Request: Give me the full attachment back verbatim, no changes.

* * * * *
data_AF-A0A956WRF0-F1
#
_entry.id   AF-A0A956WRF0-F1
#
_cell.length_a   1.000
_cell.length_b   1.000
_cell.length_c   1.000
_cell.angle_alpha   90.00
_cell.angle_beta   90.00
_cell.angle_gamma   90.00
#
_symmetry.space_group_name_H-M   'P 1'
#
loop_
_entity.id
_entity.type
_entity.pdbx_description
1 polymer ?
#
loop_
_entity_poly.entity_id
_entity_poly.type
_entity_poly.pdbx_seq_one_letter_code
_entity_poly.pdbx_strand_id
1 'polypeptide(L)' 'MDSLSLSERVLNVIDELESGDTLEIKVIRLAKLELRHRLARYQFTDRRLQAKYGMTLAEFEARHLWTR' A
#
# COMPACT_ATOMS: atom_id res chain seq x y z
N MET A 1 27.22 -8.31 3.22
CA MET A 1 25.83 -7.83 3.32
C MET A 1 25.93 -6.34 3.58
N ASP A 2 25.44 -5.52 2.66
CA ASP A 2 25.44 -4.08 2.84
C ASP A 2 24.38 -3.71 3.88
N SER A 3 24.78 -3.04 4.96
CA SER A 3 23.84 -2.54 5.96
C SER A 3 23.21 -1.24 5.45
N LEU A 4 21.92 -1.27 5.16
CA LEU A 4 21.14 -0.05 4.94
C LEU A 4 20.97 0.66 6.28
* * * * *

data_AF-A0A956WRF0-F1
#
_entry.id   AF-A0A956WRF0-F1
#
_cell.length_a   1.000
_cell.length_b   1.000
_cell.length_c   1.000
_cell.angle_alpha   90.00
_cell.angle_beta   90.00
_cell.angle_gamma   90.00
#
_symmetry.space_group_name_H-M   'P 1'
#
loop_
_entity.id
_entity.type
_entity.pdbx_description
1 polymer ?
#
loop_
_entity_poly.entity_id
_entity_poly.type
_entity_poly.pdbx_seq_one_letter_code
_entity_poly.pdbx_strand_id
1 'polypeptide(L)' 'MDSLSLSERVLNVIDELESGDTLEIKVIRLAKLELRHRLARYQFTDRRLQAKYGMTLAEFEARHLWTR' A
#
# COMPACT_ATOMS: atom_id res chain seq x y z
N MET A 1 27.22 -8.31 3.22
CA MET A 1 25.83 -7.83 3.32
C MET A 1 25.93 -6.34 3.58
N ASP A 2 25.44 -5.52 2.66
CA ASP A 2 25.44 -4.08 2.84
C ASP A 2 24.38 -3.71 3.88
N SER A 3 24.78 -3.04 4.96
CA SER A 3 23.84 -2.54 5.96
C SER A 3 23.21 -1.24 5.45
N LEU A 4 21.92 -1.27 5.16
CA LEU A 4 21.14 -0.05 4.94
C LEU A 4 20.97 0.66 6.28